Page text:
The Challenge

The Challenge of not letting my mother destroy me started at an early age. The crazy making moments of never knowing when my world would change to pain or be charged with sharp words. The fear of facing each day without knowing if she was going to be in a good mood or bad and the knowledge it could all change at the drop of a hat.

It’s not saying that I don’t have good memories of my mother along my journey because I do. It’s just saying I did grow up in an abusive past with a mother who has serious undiagnosed mental health problems. It took a long time to no longer blame her for the issues she caused in me. Years of therapy to help reverse or at least deal with the pain she passed along with her cruel words and actions.

I watched carefully, always with one eye or ear keeping watch on her whereabouts. Sometimes I could hear the blow coming or see it in her eyes and manage to duck away. It always made things worse but I did it anyway. The avoiding flinch was always uncontrollable. I never knew what sneaky hurtful thing she would do next. The abuse continued on into adulthood until I was finally strong enough to say no more.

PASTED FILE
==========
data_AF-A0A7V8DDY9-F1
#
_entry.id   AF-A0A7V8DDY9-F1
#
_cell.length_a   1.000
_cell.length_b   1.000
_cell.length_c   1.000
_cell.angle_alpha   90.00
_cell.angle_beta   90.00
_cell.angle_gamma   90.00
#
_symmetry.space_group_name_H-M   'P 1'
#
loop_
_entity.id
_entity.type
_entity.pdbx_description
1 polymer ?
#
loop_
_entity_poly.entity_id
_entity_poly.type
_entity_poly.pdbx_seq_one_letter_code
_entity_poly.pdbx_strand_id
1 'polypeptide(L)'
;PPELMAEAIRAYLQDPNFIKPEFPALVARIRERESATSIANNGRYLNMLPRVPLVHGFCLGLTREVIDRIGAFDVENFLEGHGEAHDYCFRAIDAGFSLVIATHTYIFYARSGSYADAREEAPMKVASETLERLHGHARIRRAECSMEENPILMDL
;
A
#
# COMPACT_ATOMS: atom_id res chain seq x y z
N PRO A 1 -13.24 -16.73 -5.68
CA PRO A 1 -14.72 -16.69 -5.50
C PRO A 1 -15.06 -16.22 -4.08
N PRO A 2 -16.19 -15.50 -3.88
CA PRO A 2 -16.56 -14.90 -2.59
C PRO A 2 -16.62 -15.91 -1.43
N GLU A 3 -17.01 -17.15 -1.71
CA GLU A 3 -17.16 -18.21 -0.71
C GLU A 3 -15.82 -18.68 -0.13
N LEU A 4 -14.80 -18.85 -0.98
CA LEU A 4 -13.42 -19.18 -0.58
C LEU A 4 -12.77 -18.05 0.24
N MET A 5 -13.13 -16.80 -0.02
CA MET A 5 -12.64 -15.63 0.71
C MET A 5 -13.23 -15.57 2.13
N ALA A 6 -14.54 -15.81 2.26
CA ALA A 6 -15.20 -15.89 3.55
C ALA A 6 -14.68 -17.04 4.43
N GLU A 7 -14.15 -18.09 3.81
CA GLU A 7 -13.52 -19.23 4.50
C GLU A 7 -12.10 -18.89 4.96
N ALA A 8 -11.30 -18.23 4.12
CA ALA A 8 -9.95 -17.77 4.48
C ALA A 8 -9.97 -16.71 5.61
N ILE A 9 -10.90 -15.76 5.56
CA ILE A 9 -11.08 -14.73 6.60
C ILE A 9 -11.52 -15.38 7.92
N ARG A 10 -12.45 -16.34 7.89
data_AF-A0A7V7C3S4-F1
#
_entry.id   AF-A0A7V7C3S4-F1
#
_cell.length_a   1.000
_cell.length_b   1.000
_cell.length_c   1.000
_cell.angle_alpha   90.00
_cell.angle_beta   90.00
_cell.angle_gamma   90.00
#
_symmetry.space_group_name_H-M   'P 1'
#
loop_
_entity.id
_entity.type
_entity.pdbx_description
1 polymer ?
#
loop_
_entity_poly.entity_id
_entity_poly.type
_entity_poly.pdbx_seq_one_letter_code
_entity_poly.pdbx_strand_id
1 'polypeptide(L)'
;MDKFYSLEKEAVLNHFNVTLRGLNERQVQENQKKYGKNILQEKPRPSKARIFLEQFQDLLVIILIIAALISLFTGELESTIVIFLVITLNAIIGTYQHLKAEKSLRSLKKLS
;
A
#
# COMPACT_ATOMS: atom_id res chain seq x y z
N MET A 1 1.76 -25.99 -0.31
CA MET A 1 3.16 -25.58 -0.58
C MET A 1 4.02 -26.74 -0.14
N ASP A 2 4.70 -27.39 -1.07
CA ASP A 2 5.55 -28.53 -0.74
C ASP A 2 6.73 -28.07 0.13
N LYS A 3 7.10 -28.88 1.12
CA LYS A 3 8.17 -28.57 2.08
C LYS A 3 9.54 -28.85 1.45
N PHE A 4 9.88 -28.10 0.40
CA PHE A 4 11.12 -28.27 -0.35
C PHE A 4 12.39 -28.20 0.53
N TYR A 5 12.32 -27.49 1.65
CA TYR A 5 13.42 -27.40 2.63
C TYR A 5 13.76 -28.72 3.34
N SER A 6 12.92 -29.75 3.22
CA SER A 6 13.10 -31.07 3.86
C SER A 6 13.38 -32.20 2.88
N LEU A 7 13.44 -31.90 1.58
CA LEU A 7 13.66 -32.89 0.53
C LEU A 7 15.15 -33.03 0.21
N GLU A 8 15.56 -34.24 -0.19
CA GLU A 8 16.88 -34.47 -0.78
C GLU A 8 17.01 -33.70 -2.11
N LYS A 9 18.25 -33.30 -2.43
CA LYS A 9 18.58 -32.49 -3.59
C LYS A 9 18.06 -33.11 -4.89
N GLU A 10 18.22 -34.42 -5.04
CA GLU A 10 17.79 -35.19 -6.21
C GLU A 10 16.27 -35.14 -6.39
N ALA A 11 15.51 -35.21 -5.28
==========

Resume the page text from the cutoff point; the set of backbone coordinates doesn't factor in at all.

I ran away a few times, trying to escape stinging hits that left deeply embedded purple marks and the horrible words that cut me deep into my soul. Words of how I ruined her life and how I would never look beautiful or amount to anything. The words always hurt worse than the actions and the running never stopped the pain in my heart or her voice in my head. I still hear it to this day. The struggle is to keep it at bay and not let it win.

It took me years to finally realize, blood is not thicker than water and it’s okay to get rid of those who abuse me. Regardless of the hurt, the pain of finally saying goodbye to my mother still hurt. The sadness that she could not love me as a mother should, hurts in wounds so deep they are left oozing, yet unhealed.

I still find myself lost at times, wondering if there was possibly another way. But when the doubt creeps back in and I hear her voice once again, I know I did the right thing. To be happy and healthy means being without her. So while I love her and miss her, I don’t miss the pain, the hurt, the lack of caring and the mean actions of selfishness. I don’t miss the not knowing if today will be a good day or bad based entirely on my mother’s whims.

Instead, life is how I make it. I am strong enough to do this without her because I am good enough and I am important and I do have the right to love and be loved. I get to choose and live up to the challenge because I am not letting my mother destroy me.


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